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Old 09-10-2019, 10:05 PM
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modern GM foods were modified by people who knew exactly what they were doing rather than by trial and error..
It always makes me want to duck whenever anybody says 'We know exactly what we're doing.' People who think they know exactly what they're doing stop watching out for unexpected problems; which is a bad idea.

No, they don't know exactly what they're doing. It's necessary to insert the gene, then grow the crop out to see what happens; which often isn't what was predicted; which is why not all of multiple strains make it to market, and some of the ones that do don't perform as promised. That's trial and error. And to the best of my knowledge they're not checking for subtler effects in changes of nutrition.

Obviously nothing that's hit the market so far is out and out poisonous.

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Can't you just wash the food before bringing it to market?
Glyphosate's a systemic. That means it's taken up into the plant. You can't just wash systemics off, because they aren't only on the surface, they're all through the plant.

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How do GMO crops damage the environment? ISTM they lessen the damage, if they don't require pesticides.
Some of the most common GMO's are modified specifically in order to be able to tolerate the use of pesticides (herbicides are pesticides) which they would otherwise not be able to survive. They're meant specifically to be used with pesticides.

Many of the other common GMO's are modified so as to express a pesticide throughout the plant, and the whole time the plant is growing in the field. This doesn't reduce the use of the pesticide, it increases it. The fact that the application is done through the plant and not by a sprayer doesn't mean it's reducing the use.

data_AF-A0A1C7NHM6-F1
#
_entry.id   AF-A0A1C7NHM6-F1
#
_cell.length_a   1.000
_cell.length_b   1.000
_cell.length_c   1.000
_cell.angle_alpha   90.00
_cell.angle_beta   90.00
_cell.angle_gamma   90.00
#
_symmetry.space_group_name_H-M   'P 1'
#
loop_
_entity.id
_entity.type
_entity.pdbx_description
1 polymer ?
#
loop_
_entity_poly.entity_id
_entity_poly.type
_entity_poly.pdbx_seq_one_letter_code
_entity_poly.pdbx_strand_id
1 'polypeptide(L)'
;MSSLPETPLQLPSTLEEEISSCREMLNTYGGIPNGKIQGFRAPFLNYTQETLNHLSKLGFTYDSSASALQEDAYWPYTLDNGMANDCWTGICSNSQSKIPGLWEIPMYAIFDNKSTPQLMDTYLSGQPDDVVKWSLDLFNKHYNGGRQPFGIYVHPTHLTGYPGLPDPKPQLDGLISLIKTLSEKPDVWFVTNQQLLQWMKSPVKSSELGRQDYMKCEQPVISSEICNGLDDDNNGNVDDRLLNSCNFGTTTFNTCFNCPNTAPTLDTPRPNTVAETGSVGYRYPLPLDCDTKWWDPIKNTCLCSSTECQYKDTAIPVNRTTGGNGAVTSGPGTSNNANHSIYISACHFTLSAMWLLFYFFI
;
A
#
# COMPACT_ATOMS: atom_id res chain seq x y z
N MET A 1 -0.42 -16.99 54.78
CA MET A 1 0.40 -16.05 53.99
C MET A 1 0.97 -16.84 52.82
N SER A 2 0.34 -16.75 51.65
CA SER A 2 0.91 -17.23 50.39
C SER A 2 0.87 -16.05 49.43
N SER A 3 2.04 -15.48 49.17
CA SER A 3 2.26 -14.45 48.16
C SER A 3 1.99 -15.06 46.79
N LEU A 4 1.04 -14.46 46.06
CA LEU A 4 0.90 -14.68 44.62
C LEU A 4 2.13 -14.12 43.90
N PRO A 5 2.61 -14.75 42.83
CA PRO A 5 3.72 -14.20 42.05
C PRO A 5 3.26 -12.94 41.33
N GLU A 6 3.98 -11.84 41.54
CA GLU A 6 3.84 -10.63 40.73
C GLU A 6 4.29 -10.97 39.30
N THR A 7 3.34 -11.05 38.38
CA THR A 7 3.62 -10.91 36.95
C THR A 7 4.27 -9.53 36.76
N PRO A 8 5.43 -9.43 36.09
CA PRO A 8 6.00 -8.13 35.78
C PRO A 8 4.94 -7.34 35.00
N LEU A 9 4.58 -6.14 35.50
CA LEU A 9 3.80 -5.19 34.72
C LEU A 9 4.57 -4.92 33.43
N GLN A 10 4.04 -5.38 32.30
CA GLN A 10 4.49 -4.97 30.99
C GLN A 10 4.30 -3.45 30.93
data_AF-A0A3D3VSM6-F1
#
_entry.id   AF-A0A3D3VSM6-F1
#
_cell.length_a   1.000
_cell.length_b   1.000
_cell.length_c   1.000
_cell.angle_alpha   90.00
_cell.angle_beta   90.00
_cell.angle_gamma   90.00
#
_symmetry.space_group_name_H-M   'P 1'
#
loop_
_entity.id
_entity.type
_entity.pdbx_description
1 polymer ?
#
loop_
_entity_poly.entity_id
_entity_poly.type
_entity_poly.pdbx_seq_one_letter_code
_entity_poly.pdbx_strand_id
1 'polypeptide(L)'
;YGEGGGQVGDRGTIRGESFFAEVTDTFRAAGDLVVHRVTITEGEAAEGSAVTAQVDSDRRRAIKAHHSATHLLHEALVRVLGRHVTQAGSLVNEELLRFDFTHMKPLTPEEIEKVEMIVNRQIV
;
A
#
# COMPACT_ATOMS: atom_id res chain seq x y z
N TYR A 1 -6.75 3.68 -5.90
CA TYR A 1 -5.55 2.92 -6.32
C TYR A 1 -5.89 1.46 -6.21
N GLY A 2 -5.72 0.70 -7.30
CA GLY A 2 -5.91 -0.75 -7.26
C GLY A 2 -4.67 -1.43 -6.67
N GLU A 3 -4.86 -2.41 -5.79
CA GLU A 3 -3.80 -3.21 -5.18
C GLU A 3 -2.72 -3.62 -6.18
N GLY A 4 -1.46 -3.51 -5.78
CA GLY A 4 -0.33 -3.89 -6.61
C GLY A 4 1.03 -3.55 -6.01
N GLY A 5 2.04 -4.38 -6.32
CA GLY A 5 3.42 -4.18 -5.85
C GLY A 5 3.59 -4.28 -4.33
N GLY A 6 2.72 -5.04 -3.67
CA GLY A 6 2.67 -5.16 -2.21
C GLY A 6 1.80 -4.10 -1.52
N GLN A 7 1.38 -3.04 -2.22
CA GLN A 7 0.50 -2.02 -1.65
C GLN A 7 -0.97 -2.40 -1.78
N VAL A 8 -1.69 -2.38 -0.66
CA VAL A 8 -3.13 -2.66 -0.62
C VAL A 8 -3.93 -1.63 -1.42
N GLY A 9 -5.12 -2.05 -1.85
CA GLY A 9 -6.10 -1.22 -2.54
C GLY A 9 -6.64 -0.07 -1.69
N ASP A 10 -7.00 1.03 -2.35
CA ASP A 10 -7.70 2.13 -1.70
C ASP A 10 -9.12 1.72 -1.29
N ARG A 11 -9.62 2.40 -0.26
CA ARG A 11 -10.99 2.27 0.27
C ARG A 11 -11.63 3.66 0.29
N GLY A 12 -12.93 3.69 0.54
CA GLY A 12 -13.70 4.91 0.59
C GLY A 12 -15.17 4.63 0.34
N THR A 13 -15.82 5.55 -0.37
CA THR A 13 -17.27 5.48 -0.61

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Old 09-11-2019, 12:04 AM
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Some of the most common GMO's are modified specifically in order to be able to tolerate the use of pesticides (herbicides are pesticides) which they would otherwise not be able to survive. They're meant specifically to be used with pesticides.
No, herbicides are not pesticides. Pesticides kill bugs, herbicides kill weeds.

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Many of the other common GMO's are modified so as to express a pesticide throughout the plant, and the whole time the plant is growing in the field. This doesn't reduce the use of the pesticide, it increases it. The fact that the application is done through the plant and not by a sprayer doesn't mean it's reducing the use.
It does, in that it keeps the pesticide inside the plant; it doesn't go off into the general environment.

Last edited by kirkrapine; 09-11-2019 at 12:05 AM.
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Old 09-11-2019, 12:33 AM
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No, herbicides are not pesticides. Pesticides kill bugs, herbicides kill weeds...
Totally untrue. Google pesticide.
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Old 09-11-2019, 05:32 AM
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No, herbicides are not pesticides. Pesticides kill bugs, herbicides kill weeds.